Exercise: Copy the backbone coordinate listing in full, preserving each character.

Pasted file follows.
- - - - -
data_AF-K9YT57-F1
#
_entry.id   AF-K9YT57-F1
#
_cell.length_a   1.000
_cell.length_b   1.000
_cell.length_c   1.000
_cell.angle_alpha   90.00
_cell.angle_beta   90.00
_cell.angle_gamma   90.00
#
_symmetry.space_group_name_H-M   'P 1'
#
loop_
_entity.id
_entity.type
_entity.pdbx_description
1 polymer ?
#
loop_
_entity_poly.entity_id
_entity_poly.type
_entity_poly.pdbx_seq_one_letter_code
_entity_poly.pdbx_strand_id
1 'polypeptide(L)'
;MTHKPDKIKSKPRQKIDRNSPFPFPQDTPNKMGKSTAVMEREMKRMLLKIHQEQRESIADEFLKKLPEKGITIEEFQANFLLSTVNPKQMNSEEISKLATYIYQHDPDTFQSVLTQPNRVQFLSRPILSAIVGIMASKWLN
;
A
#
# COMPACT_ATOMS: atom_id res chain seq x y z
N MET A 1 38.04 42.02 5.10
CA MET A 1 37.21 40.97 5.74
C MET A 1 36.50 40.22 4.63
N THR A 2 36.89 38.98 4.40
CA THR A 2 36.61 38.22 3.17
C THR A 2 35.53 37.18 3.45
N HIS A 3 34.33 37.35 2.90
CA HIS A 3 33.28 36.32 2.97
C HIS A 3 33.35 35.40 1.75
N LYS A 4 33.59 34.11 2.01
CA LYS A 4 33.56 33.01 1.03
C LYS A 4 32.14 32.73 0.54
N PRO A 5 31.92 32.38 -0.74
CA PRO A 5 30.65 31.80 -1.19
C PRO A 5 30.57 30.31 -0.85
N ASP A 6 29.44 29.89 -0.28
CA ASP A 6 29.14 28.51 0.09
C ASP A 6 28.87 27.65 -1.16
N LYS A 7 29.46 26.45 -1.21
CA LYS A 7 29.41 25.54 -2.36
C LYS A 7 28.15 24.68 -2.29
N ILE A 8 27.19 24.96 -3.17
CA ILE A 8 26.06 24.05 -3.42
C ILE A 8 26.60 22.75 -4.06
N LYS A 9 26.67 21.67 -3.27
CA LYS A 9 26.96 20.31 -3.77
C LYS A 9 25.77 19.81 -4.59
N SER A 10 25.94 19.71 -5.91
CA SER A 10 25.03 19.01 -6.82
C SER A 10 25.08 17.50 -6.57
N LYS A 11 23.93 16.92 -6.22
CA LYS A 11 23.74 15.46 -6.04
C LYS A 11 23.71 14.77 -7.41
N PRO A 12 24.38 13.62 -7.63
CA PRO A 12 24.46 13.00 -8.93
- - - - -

data_AF-K9YT57-F1
#
_entry.id   AF-K9YT57-F1
#
_cell.length_a   1.000
_cell.length_b   1.000
_cell.length_c   1.000
_cell.angle_alpha   90.00
_cell.angle_beta   90.00
_cell.angle_gamma   90.00
#
_symmetry.space_group_name_H-M   'P 1'
#
loop_
_entity.id
_entity.type
_entity.pdbx_description
1 polymer ?
#
loop_
_entity_poly.entity_id
_entity_poly.type
_entity_poly.pdbx_seq_one_letter_code
_entity_poly.pdbx_strand_id
1 'polypeptide(L)'
;MTHKPDKIKSKPRQKIDRNSPFPFPQDTPNKMGKSTAVMEREMKRMLLKIHQEQRESIADEFLKKLPEKGITIEEFQANFLLSTVNPKQMNSEEISKLATYIYQHDPDTFQSVLTQPNRVQFLSRPILSAIVGIMASKWLN
;
A
#
# COMPACT_ATOMS: atom_id res chain seq x y z
N MET A 1 38.04 42.02 5.10
CA MET A 1 37.21 40.97 5.74
C MET A 1 36.50 40.22 4.63
N THR A 2 36.89 38.98 4.40
CA THR A 2 36.61 38.22 3.17
C THR A 2 35.53 37.18 3.45
N HIS A 3 34.33 37.35 2.90
CA HIS A 3 33.28 36.32 2.97
C HIS A 3 33.35 35.40 1.75
N LYS A 4 33.59 34.11 2.01
CA LYS A 4 33.56 33.01 1.03
C LYS A 4 32.14 32.73 0.54
N PRO A 5 31.92 32.38 -0.74
CA PRO A 5 30.65 31.80 -1.19
C PRO A 5 30.57 30.31 -0.85
N ASP A 6 29.44 29.89 -0.28
CA ASP A 6 29.14 28.51 0.09
C ASP A 6 28.87 27.65 -1.16
N LYS A 7 29.46 26.45 -1.21
CA LYS A 7 29.41 25.54 -2.36
C LYS A 7 28.15 24.68 -2.29
N ILE A 8 27.19 24.96 -3.17
CA ILE A 8 26.06 24.05 -3.42
C ILE A 8 26.60 22.75 -4.06
N LYS A 9 26.67 21.67 -3.27
CA LYS A 9 26.96 20.31 -3.77
C LYS A 9 25.77 19.81 -4.59
N SER A 10 25.94 19.71 -5.91
CA SER A 10 25.03 19.01 -6.82
C SER A 10 25.08 17.50 -6.57
N LYS A 11 23.93 16.92 -6.22
CA LYS A 11 23.74 15.46 -6.04
C LYS A 11 23.71 14.77 -7.41
N PRO A 12 24.38 13.62 -7.63
CA PRO A 12 24.46 13.00 -8.93